Georgia Saltwater Fishing Report June 2015

GON Staff | May 28, 2015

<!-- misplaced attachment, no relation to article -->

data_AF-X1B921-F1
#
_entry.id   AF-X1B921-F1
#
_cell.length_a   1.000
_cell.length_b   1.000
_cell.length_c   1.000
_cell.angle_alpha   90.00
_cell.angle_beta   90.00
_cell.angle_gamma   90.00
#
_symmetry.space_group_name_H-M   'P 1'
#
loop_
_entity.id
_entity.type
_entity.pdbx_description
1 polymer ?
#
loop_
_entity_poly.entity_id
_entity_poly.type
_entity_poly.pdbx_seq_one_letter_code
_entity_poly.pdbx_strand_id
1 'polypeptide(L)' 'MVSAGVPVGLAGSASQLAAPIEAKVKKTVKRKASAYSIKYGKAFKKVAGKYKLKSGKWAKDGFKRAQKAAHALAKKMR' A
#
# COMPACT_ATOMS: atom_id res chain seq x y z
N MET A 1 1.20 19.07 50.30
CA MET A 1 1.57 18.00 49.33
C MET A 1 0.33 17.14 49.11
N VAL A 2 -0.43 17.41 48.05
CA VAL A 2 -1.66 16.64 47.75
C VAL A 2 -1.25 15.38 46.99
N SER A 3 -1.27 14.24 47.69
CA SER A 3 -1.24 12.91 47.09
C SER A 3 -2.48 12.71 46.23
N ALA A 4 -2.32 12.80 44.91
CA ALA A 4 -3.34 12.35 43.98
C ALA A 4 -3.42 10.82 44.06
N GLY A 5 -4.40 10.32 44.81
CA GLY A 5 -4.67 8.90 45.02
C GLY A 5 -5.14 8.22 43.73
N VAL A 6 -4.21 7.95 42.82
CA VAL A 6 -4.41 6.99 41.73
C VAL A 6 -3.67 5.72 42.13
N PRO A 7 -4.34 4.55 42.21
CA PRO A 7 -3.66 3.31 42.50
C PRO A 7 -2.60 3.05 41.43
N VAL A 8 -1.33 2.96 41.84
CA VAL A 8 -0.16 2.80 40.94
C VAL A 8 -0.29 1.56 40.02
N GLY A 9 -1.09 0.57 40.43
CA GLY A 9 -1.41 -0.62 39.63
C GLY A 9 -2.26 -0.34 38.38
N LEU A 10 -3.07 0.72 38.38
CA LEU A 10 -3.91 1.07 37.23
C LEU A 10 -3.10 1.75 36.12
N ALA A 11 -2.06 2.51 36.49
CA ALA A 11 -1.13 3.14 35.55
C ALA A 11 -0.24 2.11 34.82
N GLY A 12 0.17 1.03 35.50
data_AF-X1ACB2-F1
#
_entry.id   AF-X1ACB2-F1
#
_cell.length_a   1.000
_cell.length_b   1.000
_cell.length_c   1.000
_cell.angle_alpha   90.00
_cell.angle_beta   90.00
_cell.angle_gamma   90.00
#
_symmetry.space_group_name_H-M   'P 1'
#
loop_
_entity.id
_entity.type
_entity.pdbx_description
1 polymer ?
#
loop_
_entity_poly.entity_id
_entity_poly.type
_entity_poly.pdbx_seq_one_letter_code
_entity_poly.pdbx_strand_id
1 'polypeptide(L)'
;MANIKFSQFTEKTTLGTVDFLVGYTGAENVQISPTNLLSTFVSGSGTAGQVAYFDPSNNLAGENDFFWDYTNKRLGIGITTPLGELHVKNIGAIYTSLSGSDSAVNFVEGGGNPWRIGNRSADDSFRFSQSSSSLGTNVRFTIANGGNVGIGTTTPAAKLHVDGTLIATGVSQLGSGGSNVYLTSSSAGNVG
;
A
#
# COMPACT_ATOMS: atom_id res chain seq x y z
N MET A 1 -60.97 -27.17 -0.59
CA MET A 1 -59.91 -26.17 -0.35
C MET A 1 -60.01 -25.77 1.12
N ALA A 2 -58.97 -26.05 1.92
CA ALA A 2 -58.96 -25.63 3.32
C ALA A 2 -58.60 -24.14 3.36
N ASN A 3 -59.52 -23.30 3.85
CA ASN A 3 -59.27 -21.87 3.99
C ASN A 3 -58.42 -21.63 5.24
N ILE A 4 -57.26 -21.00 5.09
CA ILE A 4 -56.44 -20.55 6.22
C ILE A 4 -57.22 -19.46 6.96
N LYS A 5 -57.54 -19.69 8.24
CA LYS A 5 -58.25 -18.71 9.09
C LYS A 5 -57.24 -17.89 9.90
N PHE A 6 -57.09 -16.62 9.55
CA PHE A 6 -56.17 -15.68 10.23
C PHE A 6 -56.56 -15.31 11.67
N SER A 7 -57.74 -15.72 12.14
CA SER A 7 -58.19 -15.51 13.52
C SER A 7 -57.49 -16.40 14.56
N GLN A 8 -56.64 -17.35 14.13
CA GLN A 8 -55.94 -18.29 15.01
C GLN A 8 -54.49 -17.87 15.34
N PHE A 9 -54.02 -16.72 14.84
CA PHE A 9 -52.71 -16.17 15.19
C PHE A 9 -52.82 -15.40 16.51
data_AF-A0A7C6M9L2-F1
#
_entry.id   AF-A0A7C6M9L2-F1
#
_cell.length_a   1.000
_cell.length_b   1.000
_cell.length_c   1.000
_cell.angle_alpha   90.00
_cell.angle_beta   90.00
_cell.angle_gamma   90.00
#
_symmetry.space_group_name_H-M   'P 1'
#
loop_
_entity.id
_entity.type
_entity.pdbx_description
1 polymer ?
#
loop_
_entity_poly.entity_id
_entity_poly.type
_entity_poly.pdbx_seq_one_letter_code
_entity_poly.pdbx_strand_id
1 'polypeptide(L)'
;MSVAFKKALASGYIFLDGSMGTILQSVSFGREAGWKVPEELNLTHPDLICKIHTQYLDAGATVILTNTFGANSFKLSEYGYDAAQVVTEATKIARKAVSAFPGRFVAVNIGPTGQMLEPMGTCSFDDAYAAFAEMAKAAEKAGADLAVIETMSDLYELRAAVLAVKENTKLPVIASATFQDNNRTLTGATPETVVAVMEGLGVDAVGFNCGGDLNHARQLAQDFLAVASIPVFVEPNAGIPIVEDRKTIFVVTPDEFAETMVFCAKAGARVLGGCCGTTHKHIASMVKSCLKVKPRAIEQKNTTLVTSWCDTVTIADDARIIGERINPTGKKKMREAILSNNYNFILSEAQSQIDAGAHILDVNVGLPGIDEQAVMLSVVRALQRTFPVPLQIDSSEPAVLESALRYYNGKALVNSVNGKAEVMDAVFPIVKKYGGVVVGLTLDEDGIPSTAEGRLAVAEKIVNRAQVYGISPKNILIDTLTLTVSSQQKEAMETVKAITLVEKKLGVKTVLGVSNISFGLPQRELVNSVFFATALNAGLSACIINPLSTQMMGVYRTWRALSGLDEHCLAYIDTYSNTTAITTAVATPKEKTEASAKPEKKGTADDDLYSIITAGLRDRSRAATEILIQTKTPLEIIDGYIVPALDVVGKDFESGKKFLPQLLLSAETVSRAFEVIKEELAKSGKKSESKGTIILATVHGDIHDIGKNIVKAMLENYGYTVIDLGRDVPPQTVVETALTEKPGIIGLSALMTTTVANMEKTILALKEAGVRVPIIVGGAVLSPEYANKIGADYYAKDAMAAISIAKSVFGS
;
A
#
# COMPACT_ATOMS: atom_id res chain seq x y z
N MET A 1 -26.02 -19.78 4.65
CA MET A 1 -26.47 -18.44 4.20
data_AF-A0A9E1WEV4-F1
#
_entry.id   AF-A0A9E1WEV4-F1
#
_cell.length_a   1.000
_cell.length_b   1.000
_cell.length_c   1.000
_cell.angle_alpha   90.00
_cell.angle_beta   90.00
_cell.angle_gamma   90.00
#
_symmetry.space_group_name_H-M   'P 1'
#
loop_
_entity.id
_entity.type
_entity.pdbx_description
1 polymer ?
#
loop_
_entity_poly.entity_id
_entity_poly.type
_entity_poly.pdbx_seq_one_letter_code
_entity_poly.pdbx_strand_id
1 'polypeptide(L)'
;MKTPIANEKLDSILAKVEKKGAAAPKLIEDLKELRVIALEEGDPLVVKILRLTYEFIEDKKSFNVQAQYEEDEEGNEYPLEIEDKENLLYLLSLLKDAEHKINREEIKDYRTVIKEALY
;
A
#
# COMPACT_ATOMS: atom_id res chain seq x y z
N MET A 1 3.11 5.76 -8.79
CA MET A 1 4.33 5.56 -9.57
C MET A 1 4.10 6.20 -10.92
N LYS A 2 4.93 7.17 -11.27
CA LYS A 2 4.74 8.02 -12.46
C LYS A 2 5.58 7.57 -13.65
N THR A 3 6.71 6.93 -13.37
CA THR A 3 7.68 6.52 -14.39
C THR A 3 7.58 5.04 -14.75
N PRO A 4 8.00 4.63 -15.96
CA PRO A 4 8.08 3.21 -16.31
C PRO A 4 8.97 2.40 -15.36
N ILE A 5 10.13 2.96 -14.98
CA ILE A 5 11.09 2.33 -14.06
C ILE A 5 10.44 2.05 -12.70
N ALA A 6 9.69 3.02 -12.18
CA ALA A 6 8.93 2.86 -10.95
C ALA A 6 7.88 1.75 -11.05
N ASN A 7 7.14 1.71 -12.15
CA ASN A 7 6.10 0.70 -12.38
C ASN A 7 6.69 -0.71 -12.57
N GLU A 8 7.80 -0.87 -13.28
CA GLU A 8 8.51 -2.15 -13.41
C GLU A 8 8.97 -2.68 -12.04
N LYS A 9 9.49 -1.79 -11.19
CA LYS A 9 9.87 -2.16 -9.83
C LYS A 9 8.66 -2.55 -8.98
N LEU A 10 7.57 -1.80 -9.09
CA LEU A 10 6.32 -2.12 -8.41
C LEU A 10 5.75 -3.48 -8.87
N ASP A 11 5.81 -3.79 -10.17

Saltwater: Inshore: Capt. David Newlin reports, “Summer is here in full swing. Water temperature was 80 degrees in Ossabaw Sound this morning. Big schools of pogies (menhaden) have been all over the surface the last few days. All the migrating fish will follow the schools of pogies. The trout bite is going good. The biggest problem has been finding some clear water. Find clear water, and you can find trout. All of my fish in recent days have been caught on live shrimp under corks and on the bottom. One of my better methods of catching trout in June is 1/4-oz. sinker with a 2-foot leader and a live shrimp. When the bait-thieving fish are bad, put a small mullet on this rig for big trout bites. The topwater trout bite will be in full swing shortly. Try a floating MirrOlure for the first hour after daylight. Usually the topwater bite is over by 8 in the morning. The redfish have been feeding in the shallow water early and late in the day. Try a Gulp Shrimp or swimming mullet on an unweighted weedless hook. Look for fish feeding in the marsh flats late in the afternoon. When the redfish are feeding aggressively, you can hear the fish before you can see them. We have been catching a lot of redfish with live shrimp in 2 to 4 feet of water. The redfish and trout bite should get better on into June.” Capt. Judy Helmey reports, “Inshore fishermen get to go into watch-and-catch mode for the spotted seatrout, redfish, flounder, sheepshead, black drum, shark, Spanish mackerel and cobia. This would be the month to bring out the cast net and catch your own bait. Peanut menhaden, finger mullet, mud minnows and shrimp are available as well as plentiful. All of these baits will work under traditional adjustable floats or popping corks, Carolina-style rigs or fished just plain naked. For artificial lures, pick up an assortment of different colors of Strike King soft jerkbaits. One favorite is baby bass. These baits work when rigged weedless on a 3/0 worm hook or threaded on to 1/8-oz. red, black or white jig heads. Cast them out, let them fall, and normally these lures never make it to the bottom before strikes happen. Another good inshore artificial soft bait is called Back Water Candy. They make an assortment of colors of screw tails, which are easily laced onto 1/8- to 1/4-oz. jig heads. This is an old-school-style screw tail.”